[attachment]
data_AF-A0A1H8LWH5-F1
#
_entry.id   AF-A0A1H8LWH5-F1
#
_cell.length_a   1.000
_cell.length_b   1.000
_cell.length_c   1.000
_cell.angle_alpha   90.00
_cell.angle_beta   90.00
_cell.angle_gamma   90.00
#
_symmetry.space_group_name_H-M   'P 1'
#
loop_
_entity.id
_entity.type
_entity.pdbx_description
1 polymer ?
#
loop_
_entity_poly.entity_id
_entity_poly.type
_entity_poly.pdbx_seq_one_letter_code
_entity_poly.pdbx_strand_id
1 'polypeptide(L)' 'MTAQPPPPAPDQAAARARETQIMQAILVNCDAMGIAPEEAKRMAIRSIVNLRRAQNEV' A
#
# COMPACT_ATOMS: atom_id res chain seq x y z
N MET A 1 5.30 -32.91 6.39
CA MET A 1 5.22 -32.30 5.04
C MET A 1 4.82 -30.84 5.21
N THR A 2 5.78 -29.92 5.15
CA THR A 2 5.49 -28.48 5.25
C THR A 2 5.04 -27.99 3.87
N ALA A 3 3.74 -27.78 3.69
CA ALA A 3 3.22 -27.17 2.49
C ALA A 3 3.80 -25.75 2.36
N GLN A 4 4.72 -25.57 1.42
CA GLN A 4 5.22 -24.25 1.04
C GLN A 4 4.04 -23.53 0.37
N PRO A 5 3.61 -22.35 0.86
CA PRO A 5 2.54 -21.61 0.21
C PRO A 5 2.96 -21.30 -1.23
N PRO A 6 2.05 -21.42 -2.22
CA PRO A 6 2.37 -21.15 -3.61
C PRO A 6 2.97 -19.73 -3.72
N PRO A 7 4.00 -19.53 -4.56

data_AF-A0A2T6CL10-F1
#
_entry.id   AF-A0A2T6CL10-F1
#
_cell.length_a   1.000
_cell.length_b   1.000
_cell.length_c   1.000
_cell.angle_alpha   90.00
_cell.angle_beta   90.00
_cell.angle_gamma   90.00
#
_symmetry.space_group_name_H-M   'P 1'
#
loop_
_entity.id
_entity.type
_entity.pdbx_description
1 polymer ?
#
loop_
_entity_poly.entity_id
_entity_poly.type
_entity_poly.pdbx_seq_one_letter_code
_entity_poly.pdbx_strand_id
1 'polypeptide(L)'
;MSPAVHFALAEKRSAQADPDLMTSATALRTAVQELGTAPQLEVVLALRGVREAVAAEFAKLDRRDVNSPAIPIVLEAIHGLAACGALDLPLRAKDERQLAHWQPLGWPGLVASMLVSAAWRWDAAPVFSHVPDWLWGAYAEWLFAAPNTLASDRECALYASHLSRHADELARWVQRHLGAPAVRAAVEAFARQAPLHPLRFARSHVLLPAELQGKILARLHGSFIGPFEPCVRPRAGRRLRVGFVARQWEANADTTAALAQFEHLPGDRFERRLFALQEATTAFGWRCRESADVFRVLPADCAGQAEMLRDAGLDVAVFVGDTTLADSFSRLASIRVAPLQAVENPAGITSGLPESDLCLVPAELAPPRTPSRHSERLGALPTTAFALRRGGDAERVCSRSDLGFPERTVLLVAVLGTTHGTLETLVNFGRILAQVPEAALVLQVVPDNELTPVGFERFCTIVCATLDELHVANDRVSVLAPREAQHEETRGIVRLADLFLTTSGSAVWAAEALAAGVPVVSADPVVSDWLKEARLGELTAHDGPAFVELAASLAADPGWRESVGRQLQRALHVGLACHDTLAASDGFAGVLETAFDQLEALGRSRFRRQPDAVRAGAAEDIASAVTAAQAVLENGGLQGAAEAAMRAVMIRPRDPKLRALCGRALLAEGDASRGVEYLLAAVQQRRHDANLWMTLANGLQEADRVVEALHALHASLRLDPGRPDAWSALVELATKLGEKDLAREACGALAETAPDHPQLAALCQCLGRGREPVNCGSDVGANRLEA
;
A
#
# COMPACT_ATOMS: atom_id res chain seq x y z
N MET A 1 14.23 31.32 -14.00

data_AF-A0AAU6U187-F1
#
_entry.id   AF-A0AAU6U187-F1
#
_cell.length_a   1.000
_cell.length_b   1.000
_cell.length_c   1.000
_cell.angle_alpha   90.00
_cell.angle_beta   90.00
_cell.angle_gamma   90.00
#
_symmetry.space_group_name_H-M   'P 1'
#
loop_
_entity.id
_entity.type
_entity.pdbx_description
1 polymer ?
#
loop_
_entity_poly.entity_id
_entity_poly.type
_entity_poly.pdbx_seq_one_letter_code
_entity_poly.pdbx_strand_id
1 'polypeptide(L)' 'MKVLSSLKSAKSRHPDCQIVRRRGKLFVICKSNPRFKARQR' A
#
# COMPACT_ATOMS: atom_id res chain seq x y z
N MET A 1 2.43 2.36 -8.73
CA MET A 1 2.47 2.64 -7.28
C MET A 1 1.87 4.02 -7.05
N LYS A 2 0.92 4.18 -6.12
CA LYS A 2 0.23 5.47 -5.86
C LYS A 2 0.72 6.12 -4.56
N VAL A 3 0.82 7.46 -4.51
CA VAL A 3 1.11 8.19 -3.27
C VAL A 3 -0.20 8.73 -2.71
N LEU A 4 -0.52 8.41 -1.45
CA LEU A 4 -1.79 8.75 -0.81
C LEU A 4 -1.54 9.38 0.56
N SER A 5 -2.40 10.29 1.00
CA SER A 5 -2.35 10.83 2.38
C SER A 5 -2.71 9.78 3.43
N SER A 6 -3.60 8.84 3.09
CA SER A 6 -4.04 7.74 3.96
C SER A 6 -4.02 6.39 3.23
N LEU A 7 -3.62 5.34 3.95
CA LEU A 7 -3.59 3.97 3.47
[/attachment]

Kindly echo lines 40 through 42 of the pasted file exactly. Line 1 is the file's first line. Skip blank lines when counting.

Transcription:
N PRO A 5 3.61 -22.35 0.86
CA PRO A 5 2.54 -21.61 0.21
C PRO A 5 2.96 -21.30 -1.23